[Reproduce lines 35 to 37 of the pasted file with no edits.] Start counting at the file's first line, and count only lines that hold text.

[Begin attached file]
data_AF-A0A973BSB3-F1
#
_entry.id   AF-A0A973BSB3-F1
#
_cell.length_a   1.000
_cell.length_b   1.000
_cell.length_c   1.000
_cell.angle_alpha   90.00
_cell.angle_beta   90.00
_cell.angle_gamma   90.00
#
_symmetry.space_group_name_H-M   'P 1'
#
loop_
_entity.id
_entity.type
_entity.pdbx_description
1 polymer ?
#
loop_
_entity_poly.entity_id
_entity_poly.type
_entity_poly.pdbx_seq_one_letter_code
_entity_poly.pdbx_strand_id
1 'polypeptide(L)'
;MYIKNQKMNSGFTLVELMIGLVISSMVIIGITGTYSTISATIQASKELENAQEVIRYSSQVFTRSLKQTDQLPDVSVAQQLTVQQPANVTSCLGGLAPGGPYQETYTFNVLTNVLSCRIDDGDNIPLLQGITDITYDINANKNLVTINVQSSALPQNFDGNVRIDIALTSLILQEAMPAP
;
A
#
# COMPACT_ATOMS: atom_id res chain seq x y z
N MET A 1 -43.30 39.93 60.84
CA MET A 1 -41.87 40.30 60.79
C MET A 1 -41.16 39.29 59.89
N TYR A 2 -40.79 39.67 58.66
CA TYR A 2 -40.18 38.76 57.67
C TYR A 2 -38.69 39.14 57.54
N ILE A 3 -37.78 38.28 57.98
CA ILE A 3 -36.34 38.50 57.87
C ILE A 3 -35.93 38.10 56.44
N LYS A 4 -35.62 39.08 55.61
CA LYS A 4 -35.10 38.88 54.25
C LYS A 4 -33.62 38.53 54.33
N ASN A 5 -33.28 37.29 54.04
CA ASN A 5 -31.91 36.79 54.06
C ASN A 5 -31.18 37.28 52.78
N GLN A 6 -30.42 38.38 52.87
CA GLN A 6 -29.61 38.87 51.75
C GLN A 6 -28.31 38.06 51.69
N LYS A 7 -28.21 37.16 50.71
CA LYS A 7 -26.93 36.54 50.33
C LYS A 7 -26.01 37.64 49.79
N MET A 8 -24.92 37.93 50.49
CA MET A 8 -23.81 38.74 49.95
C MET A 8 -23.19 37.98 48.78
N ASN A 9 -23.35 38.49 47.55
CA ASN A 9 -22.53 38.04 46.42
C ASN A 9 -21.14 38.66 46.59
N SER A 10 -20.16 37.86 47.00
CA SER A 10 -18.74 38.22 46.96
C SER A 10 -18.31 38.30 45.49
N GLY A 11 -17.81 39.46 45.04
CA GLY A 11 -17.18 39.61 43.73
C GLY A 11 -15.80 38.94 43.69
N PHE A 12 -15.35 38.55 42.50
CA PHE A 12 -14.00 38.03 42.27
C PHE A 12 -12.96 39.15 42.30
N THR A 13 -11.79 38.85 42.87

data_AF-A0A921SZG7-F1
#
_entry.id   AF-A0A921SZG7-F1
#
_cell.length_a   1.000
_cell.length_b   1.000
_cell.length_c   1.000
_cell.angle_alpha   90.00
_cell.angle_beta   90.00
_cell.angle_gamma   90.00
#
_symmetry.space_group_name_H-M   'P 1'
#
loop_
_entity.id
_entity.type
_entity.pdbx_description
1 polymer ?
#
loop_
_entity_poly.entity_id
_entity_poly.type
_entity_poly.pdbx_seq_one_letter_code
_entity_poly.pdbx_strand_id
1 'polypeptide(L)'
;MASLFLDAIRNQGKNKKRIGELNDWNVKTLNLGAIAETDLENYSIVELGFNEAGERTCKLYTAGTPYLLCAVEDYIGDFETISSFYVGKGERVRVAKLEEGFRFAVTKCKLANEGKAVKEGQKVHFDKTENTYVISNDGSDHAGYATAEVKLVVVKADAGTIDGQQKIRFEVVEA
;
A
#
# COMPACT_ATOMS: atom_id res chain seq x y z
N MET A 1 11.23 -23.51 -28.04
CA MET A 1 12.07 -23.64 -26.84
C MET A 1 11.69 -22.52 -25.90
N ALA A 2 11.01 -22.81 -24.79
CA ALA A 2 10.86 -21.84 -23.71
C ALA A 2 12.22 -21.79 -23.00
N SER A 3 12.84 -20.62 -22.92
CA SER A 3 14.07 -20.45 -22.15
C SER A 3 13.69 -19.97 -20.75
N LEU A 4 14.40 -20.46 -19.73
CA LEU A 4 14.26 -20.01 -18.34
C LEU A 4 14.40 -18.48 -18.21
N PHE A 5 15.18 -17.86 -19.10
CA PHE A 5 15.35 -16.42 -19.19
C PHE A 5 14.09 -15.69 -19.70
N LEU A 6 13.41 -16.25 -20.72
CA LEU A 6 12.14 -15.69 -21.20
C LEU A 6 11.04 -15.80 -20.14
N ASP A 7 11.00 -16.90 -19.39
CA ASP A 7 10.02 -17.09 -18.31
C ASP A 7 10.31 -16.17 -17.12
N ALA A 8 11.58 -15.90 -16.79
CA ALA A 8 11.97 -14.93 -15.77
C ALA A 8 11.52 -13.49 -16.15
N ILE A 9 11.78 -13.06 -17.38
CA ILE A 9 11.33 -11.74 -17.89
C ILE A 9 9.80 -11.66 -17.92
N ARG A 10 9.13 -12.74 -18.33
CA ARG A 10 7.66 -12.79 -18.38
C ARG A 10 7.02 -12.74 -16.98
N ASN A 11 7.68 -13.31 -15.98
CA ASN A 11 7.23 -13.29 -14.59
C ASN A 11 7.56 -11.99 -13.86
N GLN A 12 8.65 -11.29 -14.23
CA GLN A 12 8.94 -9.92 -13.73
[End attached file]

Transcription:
CA TYR A 2 -40.18 38.76 57.67
C TYR A 2 -38.69 39.14 57.54
N ILE A 3 -37.78 38.28 57.98